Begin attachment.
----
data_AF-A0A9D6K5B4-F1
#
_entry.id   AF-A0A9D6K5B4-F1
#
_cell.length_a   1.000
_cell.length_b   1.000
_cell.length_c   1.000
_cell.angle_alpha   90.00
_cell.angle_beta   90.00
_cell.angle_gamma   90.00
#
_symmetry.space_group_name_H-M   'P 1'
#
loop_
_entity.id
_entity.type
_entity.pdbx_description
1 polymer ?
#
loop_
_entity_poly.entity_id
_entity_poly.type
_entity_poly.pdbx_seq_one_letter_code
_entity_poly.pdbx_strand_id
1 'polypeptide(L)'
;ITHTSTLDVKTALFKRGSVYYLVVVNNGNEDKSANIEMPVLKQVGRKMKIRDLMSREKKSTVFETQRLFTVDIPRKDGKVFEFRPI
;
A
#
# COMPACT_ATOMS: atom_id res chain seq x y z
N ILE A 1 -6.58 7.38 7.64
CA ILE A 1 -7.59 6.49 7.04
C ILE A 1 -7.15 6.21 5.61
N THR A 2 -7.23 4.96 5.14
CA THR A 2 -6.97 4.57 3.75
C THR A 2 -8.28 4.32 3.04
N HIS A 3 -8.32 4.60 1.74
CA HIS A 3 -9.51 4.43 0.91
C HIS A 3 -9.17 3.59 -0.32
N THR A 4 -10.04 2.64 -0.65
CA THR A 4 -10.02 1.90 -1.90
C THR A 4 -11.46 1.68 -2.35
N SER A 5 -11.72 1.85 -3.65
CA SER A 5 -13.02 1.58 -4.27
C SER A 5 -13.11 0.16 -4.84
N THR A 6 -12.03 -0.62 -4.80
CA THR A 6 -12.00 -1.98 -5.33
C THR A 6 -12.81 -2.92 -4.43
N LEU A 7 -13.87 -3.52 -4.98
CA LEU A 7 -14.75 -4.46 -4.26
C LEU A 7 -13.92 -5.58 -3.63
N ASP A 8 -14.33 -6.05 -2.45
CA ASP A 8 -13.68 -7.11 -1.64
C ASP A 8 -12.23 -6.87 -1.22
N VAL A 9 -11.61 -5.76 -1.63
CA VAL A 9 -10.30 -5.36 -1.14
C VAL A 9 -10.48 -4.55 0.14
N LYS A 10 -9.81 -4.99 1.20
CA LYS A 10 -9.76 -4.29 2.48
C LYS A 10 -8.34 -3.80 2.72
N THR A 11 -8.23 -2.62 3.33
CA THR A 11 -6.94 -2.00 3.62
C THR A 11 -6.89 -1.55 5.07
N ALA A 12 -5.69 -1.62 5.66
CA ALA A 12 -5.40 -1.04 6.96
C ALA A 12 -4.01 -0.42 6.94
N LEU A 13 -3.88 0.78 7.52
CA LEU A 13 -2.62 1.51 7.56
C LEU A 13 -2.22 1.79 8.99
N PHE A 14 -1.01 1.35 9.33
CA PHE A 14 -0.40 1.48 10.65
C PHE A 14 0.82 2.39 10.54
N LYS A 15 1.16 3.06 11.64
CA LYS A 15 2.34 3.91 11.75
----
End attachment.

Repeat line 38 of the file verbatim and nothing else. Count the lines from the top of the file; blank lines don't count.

CA HIS A 3 -9.51 4.43 0.91